In a March 10 ruling the Court of International Trade upheld the Department of Commerce’s process of considering exclusions from the Section 232 tariffs on steel and aluminum products.
The presidential proclamations imposing the tariffs authorized the DOC, following requests by directly-affected parties in the U.S., to grant exclusions for articles determined not to be produced in the U.S. in a sufficient and reasonably available amount or of a satisfactory quality. In its regulations establishing this process the DOC said it would approve exclusions on a product basis and limit them to the individual or organization that submitted the request unless it approved a broader application of the exclusion to additional importers.
The plaintiff argued that because the exclusion process failed to grant exclusions to all importers of the same goods, the Section 232 tariffs do not have the same force and effect in every place where the subject of the tariff is found, thereby violating the Uniformity Clause of the Constitution. However, the CIT said that under a 1983 decision the Uniformity Clause is satisfied when the subject of a tax is defined in non-geographic terms, and both the proclamations establishing the Section 232 tariffs and the DOC regulations setting forth the exclusion process use non-geographic terms in defining those affected.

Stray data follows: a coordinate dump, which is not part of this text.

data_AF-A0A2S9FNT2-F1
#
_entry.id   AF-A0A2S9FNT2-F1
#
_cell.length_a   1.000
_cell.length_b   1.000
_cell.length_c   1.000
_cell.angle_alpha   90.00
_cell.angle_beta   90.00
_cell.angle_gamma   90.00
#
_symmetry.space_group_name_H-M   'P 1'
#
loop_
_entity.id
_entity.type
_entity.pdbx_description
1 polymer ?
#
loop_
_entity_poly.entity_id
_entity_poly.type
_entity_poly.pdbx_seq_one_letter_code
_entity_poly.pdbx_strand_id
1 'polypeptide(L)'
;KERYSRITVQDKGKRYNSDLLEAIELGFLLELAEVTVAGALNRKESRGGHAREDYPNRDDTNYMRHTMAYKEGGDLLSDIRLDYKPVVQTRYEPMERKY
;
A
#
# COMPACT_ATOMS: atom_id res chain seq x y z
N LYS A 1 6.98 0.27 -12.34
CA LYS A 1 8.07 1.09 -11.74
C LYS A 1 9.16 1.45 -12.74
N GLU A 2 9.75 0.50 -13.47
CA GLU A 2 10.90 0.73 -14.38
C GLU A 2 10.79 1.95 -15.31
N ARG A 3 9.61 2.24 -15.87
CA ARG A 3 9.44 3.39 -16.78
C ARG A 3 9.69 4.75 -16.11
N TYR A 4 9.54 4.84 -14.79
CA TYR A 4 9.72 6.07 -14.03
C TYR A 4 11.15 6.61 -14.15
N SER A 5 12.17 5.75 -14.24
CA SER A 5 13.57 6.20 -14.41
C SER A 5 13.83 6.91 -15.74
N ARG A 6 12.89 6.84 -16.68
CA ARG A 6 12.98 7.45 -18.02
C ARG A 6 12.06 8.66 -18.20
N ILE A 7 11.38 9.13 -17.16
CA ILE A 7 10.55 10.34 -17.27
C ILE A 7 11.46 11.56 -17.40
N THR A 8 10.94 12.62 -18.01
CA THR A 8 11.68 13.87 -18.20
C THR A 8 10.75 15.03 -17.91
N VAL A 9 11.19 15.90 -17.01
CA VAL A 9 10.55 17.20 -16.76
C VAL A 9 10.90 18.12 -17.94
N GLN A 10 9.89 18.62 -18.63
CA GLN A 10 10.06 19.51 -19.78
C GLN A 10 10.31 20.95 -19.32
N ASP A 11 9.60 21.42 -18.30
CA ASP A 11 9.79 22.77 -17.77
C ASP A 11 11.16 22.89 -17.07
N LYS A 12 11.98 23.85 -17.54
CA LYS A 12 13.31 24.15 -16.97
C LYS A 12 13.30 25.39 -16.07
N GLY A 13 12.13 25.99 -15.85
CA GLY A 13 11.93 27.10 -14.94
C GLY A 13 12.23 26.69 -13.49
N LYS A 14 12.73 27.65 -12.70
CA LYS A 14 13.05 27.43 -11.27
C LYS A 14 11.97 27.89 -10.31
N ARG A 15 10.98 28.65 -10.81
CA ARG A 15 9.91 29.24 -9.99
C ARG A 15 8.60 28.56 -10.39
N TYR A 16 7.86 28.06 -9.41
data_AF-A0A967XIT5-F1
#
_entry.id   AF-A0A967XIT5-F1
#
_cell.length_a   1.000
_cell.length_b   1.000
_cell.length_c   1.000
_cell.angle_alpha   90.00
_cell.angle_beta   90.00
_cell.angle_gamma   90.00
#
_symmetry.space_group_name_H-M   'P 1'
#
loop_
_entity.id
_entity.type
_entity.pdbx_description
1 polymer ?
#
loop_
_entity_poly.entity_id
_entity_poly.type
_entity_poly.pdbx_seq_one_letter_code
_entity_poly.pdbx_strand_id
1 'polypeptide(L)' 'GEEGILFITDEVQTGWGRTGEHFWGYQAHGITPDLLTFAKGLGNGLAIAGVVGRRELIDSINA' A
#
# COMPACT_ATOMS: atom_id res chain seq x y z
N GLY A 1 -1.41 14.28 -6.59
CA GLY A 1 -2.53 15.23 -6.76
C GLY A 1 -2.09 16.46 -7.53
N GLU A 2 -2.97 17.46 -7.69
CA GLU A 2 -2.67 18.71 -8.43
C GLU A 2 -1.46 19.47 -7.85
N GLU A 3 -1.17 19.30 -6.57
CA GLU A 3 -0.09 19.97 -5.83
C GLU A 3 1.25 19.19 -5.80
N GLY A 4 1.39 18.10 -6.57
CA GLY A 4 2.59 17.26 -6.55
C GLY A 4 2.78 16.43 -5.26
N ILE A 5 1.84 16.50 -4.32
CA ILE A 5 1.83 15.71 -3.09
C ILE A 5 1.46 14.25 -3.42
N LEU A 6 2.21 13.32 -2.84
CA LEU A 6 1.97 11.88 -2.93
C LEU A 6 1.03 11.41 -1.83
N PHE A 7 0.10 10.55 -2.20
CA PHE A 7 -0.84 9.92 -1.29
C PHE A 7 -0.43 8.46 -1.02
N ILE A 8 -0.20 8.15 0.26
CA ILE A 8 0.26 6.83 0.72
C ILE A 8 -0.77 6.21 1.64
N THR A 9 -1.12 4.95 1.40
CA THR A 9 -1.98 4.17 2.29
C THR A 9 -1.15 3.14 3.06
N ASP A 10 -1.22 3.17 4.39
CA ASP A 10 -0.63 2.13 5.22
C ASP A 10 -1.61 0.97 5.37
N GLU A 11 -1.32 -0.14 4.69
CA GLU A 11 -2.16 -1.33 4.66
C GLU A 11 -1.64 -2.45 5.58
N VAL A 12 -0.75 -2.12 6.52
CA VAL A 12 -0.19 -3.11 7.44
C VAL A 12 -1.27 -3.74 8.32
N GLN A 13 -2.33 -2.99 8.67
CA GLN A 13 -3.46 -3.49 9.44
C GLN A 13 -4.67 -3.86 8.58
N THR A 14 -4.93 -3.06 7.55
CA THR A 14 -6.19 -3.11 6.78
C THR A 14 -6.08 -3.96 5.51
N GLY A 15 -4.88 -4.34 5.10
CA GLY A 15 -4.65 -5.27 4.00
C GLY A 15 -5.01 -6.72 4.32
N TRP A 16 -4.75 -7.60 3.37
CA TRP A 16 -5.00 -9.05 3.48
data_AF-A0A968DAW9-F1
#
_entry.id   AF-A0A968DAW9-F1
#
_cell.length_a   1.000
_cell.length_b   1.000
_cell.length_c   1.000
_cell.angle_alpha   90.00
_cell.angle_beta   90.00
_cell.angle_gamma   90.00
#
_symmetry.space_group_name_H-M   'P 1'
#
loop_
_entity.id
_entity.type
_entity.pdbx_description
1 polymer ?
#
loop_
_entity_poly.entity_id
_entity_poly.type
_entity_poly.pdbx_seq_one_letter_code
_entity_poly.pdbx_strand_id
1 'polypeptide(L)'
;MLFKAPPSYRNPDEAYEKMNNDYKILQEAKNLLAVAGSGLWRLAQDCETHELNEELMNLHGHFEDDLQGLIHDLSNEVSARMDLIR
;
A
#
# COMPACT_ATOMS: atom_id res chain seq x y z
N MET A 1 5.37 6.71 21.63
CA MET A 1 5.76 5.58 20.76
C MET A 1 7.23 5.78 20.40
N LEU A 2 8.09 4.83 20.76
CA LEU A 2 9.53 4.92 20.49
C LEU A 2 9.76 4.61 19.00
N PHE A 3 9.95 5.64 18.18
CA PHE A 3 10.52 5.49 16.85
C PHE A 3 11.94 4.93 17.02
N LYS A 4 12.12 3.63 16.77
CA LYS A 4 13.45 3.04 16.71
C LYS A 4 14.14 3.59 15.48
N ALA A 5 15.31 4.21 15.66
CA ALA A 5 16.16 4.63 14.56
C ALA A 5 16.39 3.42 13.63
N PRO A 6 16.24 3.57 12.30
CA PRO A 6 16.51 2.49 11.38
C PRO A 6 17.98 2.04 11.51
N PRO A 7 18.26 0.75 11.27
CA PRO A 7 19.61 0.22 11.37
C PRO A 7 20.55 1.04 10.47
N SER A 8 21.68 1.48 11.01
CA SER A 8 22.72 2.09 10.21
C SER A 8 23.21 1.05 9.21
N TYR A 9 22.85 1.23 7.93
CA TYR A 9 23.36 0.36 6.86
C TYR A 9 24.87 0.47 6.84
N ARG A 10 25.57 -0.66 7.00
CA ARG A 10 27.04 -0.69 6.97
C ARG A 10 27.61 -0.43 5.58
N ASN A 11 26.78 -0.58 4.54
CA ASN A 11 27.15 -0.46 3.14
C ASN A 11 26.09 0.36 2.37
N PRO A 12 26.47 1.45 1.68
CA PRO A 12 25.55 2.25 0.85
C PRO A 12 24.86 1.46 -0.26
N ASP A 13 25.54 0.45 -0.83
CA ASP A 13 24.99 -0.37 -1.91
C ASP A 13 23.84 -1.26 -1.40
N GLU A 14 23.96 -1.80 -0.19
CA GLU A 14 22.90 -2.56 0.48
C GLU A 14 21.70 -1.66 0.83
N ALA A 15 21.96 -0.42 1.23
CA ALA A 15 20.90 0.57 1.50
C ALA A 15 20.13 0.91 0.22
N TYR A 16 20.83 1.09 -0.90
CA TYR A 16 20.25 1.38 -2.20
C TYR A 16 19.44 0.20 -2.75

The plaintiff also argued that the proclamations directed the DOC to provide exclusions for steel or aluminum articles rather than individual importers, which it believes should have resulted in exclusions being automatically granted to all importers of excluded articles without them having to submit their own requests. However, the CIT found no indication that Section 232 itself or the proclamations required broader product-based exclusions or that not providing such exclusions would be inconsistent with the purpose of the tariffs. Instead, the CIT determined that the proclamations give the DOC discretion to “fill in the statutory gap regarding the details” of the exclusion process and that the DOC’s regulations fulfilling that charge are entitled to deference because they are a reasonable interpretation of the proclamation texts.
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